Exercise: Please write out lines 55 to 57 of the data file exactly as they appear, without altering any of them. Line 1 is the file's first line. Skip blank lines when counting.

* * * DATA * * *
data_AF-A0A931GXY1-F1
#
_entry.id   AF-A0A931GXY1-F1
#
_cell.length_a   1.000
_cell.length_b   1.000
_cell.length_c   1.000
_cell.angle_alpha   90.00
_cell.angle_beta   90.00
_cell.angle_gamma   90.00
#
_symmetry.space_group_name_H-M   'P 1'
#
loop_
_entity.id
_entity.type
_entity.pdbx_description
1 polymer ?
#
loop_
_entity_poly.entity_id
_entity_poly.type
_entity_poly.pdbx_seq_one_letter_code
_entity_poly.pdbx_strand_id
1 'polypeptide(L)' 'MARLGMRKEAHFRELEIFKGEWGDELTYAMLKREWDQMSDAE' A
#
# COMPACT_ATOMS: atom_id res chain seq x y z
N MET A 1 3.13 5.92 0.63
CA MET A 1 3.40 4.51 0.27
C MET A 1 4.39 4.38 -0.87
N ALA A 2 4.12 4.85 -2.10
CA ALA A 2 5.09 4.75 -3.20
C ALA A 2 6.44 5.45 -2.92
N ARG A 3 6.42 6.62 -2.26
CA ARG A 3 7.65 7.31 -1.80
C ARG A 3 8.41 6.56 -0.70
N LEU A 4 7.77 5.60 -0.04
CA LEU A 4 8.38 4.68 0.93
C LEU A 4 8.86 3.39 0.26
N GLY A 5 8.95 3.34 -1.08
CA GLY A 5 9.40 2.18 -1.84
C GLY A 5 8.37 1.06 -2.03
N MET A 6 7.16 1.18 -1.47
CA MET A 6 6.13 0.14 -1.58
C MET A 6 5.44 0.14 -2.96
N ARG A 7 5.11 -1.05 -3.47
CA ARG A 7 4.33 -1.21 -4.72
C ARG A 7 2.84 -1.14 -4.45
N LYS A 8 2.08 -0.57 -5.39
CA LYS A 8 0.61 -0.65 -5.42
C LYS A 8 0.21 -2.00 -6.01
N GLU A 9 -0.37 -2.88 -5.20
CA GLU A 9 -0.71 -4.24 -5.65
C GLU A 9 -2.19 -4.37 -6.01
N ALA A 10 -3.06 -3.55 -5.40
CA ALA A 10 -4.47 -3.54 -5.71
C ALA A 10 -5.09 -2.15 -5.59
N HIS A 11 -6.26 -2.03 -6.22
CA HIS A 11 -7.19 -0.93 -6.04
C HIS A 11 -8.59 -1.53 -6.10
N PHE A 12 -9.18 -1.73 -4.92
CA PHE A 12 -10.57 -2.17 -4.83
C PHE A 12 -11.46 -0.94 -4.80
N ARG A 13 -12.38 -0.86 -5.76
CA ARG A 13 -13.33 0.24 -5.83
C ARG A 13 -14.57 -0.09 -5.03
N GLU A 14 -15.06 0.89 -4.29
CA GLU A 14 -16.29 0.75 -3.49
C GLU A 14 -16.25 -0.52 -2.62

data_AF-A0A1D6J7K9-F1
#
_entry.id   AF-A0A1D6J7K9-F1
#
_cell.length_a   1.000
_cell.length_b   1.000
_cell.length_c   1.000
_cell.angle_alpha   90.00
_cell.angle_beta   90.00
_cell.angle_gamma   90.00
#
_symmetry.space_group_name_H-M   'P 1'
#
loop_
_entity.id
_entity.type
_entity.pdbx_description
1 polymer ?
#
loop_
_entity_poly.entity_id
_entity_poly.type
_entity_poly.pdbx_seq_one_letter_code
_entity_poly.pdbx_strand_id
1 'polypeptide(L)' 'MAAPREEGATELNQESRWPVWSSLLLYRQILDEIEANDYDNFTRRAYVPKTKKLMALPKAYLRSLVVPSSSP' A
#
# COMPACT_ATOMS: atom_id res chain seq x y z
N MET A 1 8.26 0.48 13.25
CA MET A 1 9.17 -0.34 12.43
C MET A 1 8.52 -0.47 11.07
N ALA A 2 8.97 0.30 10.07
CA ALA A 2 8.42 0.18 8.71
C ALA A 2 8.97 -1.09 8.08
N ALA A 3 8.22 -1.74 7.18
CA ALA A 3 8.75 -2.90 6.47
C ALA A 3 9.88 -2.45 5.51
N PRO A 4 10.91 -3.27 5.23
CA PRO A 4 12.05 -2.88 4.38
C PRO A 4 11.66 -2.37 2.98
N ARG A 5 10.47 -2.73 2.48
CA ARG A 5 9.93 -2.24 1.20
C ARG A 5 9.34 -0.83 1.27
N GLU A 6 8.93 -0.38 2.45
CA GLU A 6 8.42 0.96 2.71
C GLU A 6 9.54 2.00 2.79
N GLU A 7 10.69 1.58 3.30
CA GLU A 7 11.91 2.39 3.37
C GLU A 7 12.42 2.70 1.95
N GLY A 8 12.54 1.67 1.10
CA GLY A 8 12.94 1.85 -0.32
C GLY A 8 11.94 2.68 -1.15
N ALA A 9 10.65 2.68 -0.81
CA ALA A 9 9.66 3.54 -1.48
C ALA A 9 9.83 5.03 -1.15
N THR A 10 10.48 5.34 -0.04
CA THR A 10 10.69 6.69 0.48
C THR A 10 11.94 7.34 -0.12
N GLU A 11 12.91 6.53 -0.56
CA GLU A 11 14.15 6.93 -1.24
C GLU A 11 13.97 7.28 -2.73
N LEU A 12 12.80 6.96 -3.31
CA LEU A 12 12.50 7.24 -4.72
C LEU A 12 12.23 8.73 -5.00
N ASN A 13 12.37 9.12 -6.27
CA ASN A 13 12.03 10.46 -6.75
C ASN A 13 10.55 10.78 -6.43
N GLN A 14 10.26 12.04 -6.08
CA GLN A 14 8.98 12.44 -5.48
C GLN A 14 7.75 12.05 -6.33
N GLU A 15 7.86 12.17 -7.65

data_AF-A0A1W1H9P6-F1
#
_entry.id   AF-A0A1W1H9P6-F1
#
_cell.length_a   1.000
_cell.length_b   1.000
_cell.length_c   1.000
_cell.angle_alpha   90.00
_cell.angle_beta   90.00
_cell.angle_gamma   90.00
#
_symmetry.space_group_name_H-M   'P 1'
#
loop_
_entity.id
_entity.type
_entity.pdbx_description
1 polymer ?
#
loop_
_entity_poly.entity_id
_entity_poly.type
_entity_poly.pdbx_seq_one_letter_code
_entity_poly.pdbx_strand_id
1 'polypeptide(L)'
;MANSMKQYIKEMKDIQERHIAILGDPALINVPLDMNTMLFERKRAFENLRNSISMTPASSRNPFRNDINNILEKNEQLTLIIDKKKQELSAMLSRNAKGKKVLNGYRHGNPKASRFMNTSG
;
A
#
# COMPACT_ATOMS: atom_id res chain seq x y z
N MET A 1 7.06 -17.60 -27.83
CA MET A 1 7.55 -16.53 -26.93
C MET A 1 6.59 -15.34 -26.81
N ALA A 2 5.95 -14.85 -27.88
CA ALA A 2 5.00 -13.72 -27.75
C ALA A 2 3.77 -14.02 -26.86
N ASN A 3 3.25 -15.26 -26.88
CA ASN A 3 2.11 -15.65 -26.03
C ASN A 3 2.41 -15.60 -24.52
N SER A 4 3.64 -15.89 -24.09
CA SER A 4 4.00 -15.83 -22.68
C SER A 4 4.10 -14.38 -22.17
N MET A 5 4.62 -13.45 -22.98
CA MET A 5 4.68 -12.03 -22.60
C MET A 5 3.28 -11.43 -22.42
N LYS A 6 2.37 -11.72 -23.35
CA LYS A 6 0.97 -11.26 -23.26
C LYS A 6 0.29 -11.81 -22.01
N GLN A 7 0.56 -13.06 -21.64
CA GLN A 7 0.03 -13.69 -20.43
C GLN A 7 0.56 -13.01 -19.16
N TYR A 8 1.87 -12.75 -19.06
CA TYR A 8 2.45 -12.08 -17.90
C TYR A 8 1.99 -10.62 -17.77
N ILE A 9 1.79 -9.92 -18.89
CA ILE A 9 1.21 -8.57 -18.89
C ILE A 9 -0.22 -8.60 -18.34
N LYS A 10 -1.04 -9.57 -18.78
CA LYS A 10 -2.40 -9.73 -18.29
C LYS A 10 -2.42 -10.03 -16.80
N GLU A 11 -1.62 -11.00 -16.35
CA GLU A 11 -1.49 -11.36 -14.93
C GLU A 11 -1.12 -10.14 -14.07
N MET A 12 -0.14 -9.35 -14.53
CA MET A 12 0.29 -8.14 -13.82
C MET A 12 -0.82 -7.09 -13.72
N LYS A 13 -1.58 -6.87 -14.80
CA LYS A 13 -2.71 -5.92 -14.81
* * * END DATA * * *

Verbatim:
N ALA A 10 -3.06 -3.55 -5.40
CA ALA A 10 -4.47 -3.54 -5.71
C ALA A 10 -5.09 -2.15 -5.59